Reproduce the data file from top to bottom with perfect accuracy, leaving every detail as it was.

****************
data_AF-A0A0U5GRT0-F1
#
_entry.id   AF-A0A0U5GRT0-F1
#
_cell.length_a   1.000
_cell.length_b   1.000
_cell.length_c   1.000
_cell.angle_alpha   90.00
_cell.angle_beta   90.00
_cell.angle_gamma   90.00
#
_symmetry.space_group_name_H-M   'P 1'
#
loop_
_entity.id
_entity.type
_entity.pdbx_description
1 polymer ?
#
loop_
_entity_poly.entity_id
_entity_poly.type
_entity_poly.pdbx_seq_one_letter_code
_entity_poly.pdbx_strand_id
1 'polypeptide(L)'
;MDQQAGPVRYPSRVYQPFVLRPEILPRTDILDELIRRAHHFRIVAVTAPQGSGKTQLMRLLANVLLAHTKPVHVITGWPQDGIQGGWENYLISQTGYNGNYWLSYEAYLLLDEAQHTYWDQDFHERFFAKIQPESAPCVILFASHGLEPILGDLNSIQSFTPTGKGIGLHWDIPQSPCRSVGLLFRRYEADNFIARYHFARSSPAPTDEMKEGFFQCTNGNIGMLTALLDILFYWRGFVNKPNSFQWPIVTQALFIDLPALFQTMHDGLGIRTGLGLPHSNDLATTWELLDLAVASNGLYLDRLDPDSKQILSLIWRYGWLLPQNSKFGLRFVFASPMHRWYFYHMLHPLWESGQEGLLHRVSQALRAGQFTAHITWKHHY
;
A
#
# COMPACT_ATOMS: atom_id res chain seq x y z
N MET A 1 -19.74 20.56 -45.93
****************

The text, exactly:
data_AF-A0A0U5GRT0-F1
#
_entry.id   AF-A0A0U5GRT0-F1
#
_cell.length_a   1.000
_cell.length_b   1.000
_cell.length_c   1.000
_cell.angle_alpha   90.00
_cell.angle_beta   90.00
_cell.angle_gamma   90.00
#
_symmetry.space_group_name_H-M   'P 1'
#
loop_
_entity.id
_entity.type
_entity.pdbx_description
1 polymer ?
#
loop_
_entity_poly.entity_id
_entity_poly.type
_entity_poly.pdbx_seq_one_letter_code
_entity_poly.pdbx_strand_id
1 'polypeptide(L)'
;MDQQAGPVRYPSRVYQPFVLRPEILPRTDILDELIRRAHHFRIVAVTAPQGSGKTQLMRLLANVLLAHTKPVHVITGWPQDGIQGGWENYLISQTGYNGNYWLSYEAYLLLDEAQHTYWDQDFHERFFAKIQPESAPCVILFASHGLEPILGDLNSIQSFTPTGKGIGLHWDIPQSPCRSVGLLFRRYEADNFIARYHFARSSPAPTDEMKEGFFQCTNGNIGMLTALLDILFYWRGFVNKPNSFQWPIVTQALFIDLPALFQTMHDGLGIRTGLGLPHSNDLATTWELLDLAVASNGLYLDRLDPDSKQILSLIWRYGWLLPQNSKFGLRFVFASPMHRWYFYHMLHPLWESGQEGLLHRVSQALRAGQFTAHITWKHHY
;
A
#
# COMPACT_ATOMS: atom_id res chain seq x y z
N MET A 1 -19.74 20.56 -45.93